SALT LAKE CITY -- Nathan and Brenda Toone held hands while the president of a pesticide company and his former employee entered guilty pleas to charges related to the deaths of their daughters, Rebecca, 5, and Rachel, 15 months old.
The Layton couple left the U.S. District Court without making a comment following the guilty pleas entered by Coleman Nocks, 64, of Bountiful, and Ray Wilson, president of Bugman Pest and Lawn, Inc., on Tuesday before Magistrate Judge Samuel Alba.
Nocks, on his own behalf, and Wilson, on behalf of the company, each entered a guilty plea to one count of unlawful use of a registered pesticide, a class A misdemeanor.
The U.S. Attorney's Office agreed to drop two other charges, not related to the girls' deaths, in exchange for the guilty plea.
A sentencing hearing for both is set for Dec. 20 before U.S. District Judge Dee Benson. Nocks could be sentenced to serve six months in jail and six months of home confinement, plus be put on probation. He also faces a fine of up to $100,000. Bugman Pest and Lawn, Inc., could be shut down for at least three years, plus face a fine of up to $625,000.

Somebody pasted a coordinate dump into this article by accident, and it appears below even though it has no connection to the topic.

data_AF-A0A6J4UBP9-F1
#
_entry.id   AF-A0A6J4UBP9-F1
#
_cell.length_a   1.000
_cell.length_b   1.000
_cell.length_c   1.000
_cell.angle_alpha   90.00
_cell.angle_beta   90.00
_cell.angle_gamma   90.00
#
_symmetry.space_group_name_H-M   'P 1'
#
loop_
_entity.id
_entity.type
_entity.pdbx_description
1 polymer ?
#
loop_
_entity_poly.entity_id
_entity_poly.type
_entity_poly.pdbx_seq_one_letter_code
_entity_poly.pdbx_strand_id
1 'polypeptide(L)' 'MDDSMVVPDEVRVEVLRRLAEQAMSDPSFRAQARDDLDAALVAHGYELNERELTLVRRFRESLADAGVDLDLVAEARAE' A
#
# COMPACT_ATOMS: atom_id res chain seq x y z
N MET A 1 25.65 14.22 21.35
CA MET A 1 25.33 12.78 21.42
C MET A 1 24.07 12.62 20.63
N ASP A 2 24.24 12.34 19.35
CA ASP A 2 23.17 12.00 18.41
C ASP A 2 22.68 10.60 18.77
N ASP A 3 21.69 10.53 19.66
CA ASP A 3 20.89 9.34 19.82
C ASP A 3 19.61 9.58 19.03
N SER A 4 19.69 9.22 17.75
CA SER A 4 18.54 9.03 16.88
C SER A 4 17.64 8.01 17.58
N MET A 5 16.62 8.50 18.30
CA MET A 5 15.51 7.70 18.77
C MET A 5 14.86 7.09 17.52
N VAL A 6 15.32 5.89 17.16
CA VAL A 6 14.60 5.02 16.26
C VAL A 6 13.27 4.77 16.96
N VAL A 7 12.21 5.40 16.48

"We feel sorry for what happened to the Toone family," Wilson said after the hearing. "We hope as a result of the plea settlement that they will be able to put this behind them and move forward."
Wilson's attorney, Dennis R. James, said a tentative settlement, which will not be made public when it is finalized, has been reached in a wrongful death suit filed by the Toone's in 2nd District Court.
Nocks admitted in his guilty plea to the misuse of Fumitoxin, a pesticide used to exterminate cigarette weevils in tobacco and all kinds of pests, including rodents in grain crops. The pesticide's active ingredient is aluminum phosphide and is restricted in its use by the Environmental Protection Agency.
It was the second time Nocks, who has since given up his pesticide license, had been to the Toone home to deal with field mice, officials said.
The girls died three days apart following exposure to the pesticide. The medical examiner's reports indicated the two girls had "elevated phosphorous levels and lung damage consistent with inhaling a harmful substance."